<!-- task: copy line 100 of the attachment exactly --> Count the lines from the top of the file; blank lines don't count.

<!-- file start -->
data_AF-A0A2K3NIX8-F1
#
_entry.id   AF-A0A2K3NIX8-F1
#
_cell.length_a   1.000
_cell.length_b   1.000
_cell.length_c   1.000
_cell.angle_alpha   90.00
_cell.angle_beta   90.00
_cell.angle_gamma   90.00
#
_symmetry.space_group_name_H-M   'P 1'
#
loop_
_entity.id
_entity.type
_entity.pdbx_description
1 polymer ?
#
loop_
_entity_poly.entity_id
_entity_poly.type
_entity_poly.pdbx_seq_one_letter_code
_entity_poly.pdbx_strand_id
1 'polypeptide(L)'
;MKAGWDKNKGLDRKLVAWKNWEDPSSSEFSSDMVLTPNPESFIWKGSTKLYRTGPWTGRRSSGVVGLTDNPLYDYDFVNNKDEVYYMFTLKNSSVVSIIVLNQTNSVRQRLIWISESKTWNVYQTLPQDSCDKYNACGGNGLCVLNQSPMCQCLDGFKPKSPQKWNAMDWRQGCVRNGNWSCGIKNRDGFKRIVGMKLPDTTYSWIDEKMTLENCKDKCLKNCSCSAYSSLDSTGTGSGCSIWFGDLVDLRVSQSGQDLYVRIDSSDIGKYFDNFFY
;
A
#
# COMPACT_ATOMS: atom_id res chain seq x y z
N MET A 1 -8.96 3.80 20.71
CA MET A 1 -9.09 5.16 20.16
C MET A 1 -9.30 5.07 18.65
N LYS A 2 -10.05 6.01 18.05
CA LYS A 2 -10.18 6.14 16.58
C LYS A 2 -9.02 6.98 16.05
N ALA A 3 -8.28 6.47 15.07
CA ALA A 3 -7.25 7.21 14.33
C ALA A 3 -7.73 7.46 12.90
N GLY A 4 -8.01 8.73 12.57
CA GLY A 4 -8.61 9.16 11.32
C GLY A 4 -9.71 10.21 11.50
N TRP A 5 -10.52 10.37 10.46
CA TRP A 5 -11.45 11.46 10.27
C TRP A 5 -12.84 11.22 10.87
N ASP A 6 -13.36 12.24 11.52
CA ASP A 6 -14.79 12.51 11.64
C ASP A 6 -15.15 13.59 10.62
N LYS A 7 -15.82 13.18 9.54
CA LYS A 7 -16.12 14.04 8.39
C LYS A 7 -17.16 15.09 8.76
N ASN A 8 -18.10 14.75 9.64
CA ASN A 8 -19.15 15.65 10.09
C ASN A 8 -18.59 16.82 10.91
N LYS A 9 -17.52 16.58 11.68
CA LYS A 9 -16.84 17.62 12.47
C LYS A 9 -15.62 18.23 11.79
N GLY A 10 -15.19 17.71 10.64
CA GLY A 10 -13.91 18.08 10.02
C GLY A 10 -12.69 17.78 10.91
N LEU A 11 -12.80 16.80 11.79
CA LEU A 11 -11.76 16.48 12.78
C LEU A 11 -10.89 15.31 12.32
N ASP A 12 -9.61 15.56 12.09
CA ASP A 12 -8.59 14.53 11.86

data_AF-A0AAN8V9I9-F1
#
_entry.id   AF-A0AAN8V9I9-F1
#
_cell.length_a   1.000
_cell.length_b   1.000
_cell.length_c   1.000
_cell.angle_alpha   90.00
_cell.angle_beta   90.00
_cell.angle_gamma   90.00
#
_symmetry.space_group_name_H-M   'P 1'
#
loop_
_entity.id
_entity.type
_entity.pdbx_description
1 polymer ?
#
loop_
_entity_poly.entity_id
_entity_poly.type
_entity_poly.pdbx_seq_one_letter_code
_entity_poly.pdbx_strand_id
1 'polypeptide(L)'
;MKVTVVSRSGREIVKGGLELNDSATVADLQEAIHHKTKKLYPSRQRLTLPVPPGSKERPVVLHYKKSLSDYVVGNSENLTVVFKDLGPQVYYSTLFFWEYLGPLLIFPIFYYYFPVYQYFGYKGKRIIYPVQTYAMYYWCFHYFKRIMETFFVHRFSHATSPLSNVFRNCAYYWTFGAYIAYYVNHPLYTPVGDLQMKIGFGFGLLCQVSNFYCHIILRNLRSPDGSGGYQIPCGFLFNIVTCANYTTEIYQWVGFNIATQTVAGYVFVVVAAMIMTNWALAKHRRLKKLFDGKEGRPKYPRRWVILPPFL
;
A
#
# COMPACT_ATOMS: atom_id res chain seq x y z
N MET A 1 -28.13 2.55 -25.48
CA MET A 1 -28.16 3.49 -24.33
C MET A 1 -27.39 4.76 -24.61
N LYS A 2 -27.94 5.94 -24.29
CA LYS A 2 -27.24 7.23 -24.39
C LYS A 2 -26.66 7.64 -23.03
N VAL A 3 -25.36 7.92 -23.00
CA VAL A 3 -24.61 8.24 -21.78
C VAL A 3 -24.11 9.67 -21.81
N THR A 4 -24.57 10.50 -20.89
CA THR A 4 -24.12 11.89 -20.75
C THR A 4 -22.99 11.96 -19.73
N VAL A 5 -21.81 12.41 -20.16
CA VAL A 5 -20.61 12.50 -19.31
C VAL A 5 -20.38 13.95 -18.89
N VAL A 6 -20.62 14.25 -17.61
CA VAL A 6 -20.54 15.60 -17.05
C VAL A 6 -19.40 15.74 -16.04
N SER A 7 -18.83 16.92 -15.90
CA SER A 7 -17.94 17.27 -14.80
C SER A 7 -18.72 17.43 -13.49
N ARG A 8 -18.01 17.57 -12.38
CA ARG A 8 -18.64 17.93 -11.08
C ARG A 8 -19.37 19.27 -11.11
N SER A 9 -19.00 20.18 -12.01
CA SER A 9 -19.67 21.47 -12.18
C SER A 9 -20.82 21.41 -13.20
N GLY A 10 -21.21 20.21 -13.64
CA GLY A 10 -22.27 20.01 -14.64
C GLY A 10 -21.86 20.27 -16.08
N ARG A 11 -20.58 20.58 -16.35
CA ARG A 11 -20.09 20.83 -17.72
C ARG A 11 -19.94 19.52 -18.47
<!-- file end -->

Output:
CA LYS A 2 -27.24 7.23 -24.39